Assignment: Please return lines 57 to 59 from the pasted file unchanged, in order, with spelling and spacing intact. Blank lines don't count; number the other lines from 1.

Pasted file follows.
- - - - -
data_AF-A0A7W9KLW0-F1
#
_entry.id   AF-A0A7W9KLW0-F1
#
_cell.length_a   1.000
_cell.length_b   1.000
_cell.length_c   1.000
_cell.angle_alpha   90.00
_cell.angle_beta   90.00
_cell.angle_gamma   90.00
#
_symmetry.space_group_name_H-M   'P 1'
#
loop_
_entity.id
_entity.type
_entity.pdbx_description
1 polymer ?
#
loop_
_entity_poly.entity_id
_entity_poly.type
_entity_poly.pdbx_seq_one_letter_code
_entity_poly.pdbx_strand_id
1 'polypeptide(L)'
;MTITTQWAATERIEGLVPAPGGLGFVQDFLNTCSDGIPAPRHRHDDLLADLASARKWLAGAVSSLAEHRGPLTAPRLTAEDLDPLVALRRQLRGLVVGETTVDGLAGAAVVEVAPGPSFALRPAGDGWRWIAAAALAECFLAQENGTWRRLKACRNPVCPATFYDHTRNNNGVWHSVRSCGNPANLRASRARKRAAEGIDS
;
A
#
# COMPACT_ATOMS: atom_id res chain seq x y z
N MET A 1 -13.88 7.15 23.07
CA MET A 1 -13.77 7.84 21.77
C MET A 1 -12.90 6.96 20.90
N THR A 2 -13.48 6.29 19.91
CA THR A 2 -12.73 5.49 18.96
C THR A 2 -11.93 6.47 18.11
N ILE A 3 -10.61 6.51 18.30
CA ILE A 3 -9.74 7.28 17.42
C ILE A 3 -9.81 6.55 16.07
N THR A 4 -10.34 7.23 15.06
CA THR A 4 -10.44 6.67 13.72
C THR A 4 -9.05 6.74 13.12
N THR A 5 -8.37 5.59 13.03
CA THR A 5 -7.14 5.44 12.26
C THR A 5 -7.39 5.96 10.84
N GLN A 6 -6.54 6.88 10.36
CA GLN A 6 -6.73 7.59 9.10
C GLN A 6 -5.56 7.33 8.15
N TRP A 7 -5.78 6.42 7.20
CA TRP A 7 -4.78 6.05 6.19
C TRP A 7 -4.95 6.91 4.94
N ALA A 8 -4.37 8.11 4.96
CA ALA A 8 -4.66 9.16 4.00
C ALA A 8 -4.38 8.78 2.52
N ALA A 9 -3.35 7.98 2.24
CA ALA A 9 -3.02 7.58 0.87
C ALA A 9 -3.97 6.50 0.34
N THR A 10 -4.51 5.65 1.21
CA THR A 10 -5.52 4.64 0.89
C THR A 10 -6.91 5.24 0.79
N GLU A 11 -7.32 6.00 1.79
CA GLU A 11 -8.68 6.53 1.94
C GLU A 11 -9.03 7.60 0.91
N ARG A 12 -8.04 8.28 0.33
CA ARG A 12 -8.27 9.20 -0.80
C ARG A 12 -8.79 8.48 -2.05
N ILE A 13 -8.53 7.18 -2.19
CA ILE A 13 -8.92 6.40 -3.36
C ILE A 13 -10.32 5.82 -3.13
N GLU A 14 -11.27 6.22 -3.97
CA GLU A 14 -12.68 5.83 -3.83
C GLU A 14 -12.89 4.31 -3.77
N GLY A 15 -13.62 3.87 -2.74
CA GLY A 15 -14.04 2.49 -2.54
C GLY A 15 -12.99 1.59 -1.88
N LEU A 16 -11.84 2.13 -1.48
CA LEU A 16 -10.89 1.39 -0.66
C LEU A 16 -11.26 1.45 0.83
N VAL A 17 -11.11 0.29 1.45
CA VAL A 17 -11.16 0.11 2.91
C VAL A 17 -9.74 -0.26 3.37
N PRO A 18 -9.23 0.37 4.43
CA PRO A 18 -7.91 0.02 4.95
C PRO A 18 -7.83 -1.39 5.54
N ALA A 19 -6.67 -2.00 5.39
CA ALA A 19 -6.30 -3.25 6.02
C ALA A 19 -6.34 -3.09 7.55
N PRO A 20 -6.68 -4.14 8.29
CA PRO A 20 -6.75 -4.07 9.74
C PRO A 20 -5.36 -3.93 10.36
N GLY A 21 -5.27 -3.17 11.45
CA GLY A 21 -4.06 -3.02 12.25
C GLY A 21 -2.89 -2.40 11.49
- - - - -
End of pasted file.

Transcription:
C ALA A 9 -3.97 6.50 0.34
N THR A 10 -4.51 5.65 1.21
CA THR A 10 -5.52 4.64 0.89